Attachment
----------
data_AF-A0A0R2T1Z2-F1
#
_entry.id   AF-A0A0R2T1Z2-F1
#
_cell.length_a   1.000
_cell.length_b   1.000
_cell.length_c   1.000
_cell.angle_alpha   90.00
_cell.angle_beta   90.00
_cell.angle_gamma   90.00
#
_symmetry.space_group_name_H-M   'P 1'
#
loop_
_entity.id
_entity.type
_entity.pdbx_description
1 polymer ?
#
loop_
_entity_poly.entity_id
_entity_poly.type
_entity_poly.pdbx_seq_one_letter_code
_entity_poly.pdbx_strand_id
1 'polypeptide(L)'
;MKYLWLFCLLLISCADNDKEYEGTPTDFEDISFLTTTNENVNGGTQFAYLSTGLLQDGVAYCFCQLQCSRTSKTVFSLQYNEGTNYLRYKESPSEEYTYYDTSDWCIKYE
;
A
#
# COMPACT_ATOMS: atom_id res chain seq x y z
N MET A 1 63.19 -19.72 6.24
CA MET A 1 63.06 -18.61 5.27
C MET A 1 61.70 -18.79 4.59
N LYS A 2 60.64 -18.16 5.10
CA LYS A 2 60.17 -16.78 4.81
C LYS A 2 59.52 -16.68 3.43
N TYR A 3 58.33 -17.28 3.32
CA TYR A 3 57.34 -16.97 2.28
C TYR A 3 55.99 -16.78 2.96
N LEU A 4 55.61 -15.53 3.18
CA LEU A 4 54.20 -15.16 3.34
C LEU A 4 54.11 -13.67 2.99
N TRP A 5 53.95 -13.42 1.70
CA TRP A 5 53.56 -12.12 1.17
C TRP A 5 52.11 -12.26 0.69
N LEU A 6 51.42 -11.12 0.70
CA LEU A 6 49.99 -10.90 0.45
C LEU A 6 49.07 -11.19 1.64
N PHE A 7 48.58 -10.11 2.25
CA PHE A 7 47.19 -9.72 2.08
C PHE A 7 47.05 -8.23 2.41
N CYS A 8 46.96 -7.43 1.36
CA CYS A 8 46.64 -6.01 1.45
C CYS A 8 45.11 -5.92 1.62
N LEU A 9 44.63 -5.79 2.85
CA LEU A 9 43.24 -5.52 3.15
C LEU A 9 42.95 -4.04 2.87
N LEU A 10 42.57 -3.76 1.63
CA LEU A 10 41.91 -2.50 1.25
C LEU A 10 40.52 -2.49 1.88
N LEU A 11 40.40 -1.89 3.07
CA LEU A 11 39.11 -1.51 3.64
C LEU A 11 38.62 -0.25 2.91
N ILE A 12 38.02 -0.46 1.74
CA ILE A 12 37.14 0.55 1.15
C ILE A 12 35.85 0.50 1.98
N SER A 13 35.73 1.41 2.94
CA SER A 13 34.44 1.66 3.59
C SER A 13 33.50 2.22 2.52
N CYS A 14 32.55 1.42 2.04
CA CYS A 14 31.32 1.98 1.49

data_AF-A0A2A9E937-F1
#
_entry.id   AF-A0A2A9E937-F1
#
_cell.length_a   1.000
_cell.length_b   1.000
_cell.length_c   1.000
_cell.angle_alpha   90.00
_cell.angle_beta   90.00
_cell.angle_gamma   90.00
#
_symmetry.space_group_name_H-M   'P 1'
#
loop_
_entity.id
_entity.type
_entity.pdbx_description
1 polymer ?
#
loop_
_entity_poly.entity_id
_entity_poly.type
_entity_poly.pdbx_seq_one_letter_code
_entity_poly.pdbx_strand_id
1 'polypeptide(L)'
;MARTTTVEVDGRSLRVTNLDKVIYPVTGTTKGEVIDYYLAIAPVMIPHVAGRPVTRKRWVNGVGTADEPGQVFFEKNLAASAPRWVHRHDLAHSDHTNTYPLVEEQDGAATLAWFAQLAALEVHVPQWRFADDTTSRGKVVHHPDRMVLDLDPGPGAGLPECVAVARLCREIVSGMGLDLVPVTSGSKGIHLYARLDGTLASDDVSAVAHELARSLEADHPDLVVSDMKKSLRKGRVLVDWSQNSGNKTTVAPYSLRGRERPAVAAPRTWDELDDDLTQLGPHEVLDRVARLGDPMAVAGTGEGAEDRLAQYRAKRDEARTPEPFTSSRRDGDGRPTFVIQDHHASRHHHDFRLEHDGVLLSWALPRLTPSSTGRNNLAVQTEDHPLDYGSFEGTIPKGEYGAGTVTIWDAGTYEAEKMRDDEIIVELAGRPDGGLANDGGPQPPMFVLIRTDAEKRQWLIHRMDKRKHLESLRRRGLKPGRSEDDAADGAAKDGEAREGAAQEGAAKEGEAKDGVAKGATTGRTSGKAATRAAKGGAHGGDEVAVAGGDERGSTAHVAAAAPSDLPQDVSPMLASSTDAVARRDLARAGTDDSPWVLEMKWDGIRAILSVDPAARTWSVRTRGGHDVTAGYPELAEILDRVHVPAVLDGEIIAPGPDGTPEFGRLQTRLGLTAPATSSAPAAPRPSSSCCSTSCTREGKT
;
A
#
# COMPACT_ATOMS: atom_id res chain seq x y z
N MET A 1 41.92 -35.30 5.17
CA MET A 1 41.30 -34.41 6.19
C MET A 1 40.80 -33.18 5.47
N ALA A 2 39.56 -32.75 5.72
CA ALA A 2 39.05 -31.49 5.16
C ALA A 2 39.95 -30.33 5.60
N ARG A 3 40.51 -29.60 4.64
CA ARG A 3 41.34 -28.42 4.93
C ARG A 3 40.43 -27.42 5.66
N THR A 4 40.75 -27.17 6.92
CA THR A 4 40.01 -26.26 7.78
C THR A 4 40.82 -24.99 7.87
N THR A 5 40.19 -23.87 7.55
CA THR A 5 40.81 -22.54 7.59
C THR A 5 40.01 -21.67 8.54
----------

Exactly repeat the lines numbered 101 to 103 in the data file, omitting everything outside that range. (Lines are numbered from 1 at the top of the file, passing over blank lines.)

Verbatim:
# COMPACT_ATOMS: atom_id res chain seq x y z
N MET A 1 41.92 -35.30 5.17
CA MET A 1 41.30 -34.41 6.19